Arlington, Va.—Abdallah Batayneh just wants to start a new shuttle service in Steamboat Springs, but Colorado law allows existing transportation companies to veto new businesses in their regions. Today, in order to clear the way for himself and other entrepreneurs in Colorado, Abdallah is partnering with the Institute for Justice (IJ) in a lawsuit to put an end to this unconstitutional law.
Abdallah came to America to build a better life for himself and his family. He currently manages his own cleaning service and works at a beautiful mountain resort. He heard many complaints about the two existing shuttle services. So, Abdallah decided to start his own shuttle service to improve access to transportation in his community.
Unfortunately, he quickly hit a roadblock. As required, he applied to the Public Utilities Commission (PUC) for permission to start his shuttle service. Under Colorado law, existing transportation companies are given the power to object to new transportation businesses and ban them from operating in their region. That is just what happened to Abdallah. Even though the PUC determined he was “operationally, managerially, and financially qualified” to operate his proposed shuttle service, he was banned from operating because the two existing shuttle services objected.
“I’m just pursuing my American Dream and simply wanted the chance to compete,” said Abdallah. “I should be encouraged—not blocked by government officials who are more interested in protecting a cartel of connected insiders.”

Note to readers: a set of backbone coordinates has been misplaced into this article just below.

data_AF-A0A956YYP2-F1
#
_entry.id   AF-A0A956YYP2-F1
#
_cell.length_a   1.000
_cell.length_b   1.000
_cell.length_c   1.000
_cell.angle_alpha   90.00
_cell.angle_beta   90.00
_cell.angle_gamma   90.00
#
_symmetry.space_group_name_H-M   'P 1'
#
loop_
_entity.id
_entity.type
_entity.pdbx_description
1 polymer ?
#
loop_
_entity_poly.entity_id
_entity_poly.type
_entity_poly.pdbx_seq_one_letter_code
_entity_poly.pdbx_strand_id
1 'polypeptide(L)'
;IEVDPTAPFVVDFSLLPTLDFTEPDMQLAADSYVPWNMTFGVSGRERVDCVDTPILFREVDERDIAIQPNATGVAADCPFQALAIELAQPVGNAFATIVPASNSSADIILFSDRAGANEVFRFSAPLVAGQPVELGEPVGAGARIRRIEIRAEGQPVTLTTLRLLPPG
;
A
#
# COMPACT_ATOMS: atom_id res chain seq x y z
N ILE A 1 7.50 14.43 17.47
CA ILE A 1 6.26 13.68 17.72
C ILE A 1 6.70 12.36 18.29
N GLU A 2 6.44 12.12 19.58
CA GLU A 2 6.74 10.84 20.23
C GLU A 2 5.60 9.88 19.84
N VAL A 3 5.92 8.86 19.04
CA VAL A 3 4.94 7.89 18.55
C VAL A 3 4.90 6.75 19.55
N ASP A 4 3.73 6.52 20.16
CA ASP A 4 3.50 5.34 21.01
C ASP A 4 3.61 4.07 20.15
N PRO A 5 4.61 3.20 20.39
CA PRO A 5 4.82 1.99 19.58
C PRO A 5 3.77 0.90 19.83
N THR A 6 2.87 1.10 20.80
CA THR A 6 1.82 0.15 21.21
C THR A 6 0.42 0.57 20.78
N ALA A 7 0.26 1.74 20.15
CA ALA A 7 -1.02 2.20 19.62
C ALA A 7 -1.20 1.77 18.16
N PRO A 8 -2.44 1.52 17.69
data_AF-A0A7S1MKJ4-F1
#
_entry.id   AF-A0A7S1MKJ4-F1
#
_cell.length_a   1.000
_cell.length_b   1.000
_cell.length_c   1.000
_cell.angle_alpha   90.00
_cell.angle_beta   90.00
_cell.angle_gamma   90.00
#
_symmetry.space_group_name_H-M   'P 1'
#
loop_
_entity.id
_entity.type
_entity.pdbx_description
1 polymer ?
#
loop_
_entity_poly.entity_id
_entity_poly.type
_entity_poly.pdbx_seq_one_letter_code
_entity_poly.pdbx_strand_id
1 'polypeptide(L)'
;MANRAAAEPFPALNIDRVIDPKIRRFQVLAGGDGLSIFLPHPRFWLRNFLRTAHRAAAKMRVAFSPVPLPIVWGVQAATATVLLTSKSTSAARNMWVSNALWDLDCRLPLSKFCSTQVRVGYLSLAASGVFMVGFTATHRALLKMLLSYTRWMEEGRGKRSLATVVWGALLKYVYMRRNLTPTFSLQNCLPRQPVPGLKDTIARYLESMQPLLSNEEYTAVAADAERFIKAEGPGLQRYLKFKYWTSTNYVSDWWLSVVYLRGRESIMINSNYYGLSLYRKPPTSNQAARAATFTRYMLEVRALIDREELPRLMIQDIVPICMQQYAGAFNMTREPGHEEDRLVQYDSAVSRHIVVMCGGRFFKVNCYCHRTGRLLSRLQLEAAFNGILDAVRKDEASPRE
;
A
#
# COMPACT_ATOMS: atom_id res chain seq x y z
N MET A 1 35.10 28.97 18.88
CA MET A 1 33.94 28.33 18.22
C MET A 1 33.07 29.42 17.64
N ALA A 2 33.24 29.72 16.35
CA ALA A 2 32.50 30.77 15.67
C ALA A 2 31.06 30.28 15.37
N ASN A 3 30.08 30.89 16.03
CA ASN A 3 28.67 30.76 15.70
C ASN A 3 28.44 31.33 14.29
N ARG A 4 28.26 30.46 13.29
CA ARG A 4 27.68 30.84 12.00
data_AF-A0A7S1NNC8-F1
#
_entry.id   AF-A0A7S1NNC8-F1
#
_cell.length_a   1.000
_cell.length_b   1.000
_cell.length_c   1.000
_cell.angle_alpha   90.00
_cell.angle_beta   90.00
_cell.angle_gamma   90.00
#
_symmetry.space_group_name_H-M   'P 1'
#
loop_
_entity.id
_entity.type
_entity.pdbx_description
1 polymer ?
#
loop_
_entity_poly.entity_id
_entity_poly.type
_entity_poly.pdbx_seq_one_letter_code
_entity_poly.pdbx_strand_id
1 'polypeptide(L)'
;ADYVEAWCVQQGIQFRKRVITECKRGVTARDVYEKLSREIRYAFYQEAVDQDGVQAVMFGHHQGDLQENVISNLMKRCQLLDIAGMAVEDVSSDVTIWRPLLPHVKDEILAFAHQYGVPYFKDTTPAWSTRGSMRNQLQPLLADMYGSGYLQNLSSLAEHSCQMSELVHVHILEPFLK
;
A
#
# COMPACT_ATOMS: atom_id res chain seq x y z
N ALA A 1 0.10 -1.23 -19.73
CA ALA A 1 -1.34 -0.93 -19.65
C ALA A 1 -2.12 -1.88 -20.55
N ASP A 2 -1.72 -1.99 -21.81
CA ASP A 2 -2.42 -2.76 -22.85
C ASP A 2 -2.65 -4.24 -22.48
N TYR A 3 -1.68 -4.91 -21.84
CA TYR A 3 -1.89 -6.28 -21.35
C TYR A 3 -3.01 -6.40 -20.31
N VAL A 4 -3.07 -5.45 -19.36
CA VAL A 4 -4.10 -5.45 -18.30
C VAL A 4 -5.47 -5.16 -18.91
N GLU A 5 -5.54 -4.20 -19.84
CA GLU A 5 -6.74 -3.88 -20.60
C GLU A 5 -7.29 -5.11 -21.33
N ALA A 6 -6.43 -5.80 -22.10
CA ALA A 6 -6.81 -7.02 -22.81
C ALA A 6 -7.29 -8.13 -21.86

“The government admits Abdallah is qualified and has the experience necessary to run a safe, affordable, shuttle company,” said IJ Attorney Will Aronin. “But, because the cartel said no, the government banned him from starting his business. That’s not just wrong. It’s unconstitutional.”
IJ has been challenging laws protecting transportation cartels and monopolies for over 25 years. In 1993, IJ’s constitutional challenge to Denver’s taxi cartel spurred the Colorado Legislature to change the law, dramatically improving transportation throughout the city. Even then, IJ successfully sued again to enforce the improved law after the PUC refused to abide by it. And IJ’s litigation on behalf of transportation entrepreneurs has eliminated other anticompetitive restrictions nationwide, including in Bowling Green, Chicago, Las Vegas, Little Rock, Milwaukee, Nashville, New York, and San Diego. Now, Abdallah and IJ are teaming up to build on IJ’s success in Denver and eliminate transportation monopolies throughout Colorado.
“Restrictions like these hurt customers, the community and local businesses,” said IJ Senior Attorney Justin Pearson. “It’s not the government’s job to pick winners and losers in the marketplace. That right belongs to consumers.”